That may be so, but over in Cos Cob, the ladies line up for all-natural, high colonic cleansing sessions (presumably utilizing a smooth mixture of pureed beets and celery from the Green & Tonic store next door, but that’s just a guess). And they pay for the privilege.
Daily Archives: December 10, 2014
A 75-year-old Friendship man facing a 10th offense drunken driving charge told a deputy he smelled like alcohol because he had just eaten beer-battered fish.
… The deputy asked Przybyla to put out the cigarette Przybyla was smoking. The deputy then noticed an odor of intoxicants coming from Przybyla’s breath, according to the complaint.
When the deputy asked Przybyla how much he had been drinking, Przybyla replied he had not been drinking. Przybyla said he had been at a fish fry on Highway 82 and had eaten beer-battered fish, according to the complaint.
The deputy arrested Przybyla and took him to Moundview Memorial Hospital in Adams. Przybyla refused to take a blood test, stating it was against his religion…
“Okay, that was in Florida,” Ct Lottery Commissioner Francis X. Fudrucker conceded to FWIW, “but it could happen here – hey, you never know – and we’ve got lots of people just like him. Buy a ticket!”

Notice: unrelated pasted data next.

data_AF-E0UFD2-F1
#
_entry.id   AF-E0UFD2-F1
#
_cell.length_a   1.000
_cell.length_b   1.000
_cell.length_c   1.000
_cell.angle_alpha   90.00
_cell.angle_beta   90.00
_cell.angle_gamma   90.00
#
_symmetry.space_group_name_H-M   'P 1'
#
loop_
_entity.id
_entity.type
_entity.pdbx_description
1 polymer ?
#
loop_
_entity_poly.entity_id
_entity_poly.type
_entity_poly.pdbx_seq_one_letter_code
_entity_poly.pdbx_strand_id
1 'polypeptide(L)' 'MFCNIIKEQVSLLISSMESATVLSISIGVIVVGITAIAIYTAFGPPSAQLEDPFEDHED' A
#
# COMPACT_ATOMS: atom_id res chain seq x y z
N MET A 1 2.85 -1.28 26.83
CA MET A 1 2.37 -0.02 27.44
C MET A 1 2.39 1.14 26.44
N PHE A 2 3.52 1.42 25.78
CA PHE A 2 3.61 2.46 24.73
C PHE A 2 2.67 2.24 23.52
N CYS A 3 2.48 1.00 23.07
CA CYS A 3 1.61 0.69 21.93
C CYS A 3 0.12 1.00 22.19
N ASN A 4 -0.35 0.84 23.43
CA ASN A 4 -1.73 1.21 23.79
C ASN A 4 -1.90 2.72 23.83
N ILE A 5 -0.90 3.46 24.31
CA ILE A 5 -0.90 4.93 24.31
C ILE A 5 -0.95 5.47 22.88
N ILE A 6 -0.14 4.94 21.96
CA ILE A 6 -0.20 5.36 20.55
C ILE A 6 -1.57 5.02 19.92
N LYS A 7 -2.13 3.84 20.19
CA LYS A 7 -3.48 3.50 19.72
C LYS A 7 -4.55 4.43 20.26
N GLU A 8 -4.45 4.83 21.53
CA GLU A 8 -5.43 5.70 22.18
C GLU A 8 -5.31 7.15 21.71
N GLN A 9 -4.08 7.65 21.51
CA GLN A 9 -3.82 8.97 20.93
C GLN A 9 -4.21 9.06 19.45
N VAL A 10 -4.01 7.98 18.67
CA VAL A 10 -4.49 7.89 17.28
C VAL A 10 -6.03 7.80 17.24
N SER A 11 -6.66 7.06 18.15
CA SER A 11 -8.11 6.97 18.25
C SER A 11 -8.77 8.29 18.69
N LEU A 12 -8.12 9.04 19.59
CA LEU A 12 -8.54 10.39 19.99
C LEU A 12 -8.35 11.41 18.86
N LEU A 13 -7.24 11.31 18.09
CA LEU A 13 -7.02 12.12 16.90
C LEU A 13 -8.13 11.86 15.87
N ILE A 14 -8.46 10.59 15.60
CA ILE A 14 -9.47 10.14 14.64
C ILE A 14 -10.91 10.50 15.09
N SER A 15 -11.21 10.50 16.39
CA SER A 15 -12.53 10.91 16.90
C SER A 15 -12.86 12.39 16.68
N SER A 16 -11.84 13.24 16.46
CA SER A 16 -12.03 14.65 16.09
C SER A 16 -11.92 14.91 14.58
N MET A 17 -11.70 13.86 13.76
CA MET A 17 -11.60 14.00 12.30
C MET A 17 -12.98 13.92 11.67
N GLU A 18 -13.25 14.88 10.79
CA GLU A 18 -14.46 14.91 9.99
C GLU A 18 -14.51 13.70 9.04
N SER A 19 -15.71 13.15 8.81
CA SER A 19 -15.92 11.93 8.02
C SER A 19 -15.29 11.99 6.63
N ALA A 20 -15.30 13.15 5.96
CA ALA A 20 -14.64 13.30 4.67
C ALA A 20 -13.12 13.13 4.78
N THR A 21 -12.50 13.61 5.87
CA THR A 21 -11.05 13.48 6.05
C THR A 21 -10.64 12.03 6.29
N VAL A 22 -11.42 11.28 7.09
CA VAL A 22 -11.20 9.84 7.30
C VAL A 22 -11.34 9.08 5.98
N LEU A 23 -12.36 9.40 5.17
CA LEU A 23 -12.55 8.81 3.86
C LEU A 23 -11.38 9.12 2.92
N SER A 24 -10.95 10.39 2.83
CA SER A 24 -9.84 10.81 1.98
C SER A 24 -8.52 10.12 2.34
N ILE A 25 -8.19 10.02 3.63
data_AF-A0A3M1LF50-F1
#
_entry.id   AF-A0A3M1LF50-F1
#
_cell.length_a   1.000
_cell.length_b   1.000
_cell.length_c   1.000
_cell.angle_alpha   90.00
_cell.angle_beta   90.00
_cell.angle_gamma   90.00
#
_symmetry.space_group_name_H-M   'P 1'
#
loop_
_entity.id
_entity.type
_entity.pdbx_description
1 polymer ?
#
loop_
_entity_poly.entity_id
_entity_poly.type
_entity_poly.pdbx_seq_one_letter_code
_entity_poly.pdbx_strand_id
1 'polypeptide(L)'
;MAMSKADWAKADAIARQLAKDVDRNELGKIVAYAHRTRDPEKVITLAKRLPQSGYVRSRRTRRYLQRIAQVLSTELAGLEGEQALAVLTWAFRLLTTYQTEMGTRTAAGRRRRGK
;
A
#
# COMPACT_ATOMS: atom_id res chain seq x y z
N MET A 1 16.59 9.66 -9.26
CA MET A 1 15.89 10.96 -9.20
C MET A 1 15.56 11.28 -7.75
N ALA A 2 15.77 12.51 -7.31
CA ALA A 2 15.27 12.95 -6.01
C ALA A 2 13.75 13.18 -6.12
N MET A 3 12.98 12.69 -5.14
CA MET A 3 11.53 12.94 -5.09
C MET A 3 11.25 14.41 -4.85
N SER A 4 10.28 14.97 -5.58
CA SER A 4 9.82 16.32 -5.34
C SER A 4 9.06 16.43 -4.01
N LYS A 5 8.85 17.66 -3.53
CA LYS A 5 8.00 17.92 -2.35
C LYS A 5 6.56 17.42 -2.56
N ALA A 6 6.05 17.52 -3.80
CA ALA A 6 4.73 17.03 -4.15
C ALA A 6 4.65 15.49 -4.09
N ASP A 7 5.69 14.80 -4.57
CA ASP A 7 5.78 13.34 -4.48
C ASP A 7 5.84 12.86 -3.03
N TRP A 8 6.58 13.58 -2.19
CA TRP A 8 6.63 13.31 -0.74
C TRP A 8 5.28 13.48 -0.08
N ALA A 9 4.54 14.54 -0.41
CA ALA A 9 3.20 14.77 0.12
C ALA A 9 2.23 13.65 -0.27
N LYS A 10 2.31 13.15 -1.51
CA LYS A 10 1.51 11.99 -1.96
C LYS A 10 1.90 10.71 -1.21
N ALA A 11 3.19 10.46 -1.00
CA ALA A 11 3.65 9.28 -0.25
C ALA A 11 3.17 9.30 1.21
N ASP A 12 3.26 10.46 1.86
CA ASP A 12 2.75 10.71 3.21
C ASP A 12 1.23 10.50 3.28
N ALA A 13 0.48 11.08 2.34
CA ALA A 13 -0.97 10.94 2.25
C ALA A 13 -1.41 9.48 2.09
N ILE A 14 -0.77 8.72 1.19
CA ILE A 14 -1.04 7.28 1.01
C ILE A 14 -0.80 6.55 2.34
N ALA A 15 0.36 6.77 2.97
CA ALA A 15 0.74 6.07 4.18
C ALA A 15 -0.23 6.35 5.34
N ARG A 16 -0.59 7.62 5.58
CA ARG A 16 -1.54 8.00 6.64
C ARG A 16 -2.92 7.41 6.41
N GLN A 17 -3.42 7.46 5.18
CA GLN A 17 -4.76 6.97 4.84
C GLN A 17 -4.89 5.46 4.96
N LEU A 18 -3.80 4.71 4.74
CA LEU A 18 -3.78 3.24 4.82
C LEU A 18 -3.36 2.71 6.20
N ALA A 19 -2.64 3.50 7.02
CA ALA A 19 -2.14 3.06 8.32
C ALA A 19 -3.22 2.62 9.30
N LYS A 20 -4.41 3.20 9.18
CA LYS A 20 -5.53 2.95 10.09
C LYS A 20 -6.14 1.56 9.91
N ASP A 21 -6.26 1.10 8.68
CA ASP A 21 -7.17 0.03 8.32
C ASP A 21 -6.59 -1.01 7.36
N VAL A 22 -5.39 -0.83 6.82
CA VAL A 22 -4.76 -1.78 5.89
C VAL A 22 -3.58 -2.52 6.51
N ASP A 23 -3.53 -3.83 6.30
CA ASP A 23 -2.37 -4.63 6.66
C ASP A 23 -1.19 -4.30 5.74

Bank owned property being sold at auction, $350,000 minimum. No inspections, as is, etc., but Zillow says it sold for $1.430 million in 2004, so there’s probably some value here.
An insider trading investigation has been launched into Ted Kennedy Jr’s former company.
The Marwood Group, a healthcare-focused consulting firm co-founded by Kennedy, received notice from the Securities and Exchange Commission (SEC) this week.
The investigation has focused on alleged government information passed on to Marwood clients in 2010 about a new prostate-cancer treatment developed by the company Dendreon.
The agency’s staff officially notified Marwood that it plans to recommend to the full commission charging the company with civil insider trading.
Kennedy, the 53-year-old son of the late Senator Ted Kennedy, was elected in November to Connecticut’s legislature. He is the nephew of President John F. Kennedy and Robert F. Kennedy.